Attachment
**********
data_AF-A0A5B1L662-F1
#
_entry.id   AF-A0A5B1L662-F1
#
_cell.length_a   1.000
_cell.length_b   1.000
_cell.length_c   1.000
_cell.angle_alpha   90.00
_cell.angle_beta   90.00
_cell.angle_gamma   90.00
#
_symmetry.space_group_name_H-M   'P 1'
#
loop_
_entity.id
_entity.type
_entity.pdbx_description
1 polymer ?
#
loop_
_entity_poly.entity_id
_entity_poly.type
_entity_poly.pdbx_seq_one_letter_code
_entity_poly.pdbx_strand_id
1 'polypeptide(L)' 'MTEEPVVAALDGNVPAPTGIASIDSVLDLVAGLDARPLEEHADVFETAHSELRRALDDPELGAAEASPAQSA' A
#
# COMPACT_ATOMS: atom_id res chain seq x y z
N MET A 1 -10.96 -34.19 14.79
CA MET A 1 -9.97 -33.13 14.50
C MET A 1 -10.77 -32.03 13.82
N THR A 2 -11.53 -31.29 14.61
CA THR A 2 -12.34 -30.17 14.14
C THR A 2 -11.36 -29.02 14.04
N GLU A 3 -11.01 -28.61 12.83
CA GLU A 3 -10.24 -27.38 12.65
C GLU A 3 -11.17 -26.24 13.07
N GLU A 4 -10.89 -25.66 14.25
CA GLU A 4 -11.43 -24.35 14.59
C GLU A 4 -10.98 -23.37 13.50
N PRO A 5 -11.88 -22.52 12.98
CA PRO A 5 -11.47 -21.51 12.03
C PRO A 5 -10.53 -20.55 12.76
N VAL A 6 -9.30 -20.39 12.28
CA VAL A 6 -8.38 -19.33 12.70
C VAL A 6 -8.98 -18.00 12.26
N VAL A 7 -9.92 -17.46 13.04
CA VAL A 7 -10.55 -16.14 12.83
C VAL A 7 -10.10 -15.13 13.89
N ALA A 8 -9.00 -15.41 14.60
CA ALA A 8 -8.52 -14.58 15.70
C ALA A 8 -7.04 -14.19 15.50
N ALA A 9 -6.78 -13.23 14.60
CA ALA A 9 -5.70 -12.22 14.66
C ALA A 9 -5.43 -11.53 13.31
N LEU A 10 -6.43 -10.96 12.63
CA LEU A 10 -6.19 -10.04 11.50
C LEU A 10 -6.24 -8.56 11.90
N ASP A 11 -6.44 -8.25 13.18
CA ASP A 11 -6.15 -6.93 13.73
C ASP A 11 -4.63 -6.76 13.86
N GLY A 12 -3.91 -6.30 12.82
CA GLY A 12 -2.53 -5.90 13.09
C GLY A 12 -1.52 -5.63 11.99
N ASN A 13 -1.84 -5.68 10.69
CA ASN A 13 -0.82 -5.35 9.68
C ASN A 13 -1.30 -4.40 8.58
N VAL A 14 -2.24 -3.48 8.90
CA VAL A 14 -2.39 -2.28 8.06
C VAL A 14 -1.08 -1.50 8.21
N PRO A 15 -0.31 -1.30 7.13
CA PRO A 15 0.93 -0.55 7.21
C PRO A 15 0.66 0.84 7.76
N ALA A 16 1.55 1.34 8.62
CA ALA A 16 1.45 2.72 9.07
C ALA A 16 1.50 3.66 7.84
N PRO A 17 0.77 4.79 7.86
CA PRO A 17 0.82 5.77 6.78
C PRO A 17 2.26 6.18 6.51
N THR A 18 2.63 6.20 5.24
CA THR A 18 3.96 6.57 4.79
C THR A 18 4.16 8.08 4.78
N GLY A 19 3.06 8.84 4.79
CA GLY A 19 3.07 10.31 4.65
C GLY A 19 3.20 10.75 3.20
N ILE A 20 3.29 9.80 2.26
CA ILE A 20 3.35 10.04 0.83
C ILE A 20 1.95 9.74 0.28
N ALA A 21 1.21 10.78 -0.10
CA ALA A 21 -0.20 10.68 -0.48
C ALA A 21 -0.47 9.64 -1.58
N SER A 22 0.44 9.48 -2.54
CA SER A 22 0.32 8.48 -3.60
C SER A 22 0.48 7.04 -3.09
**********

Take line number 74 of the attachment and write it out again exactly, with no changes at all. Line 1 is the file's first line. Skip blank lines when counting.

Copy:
CA ALA A 16 1.45 2.72 9.07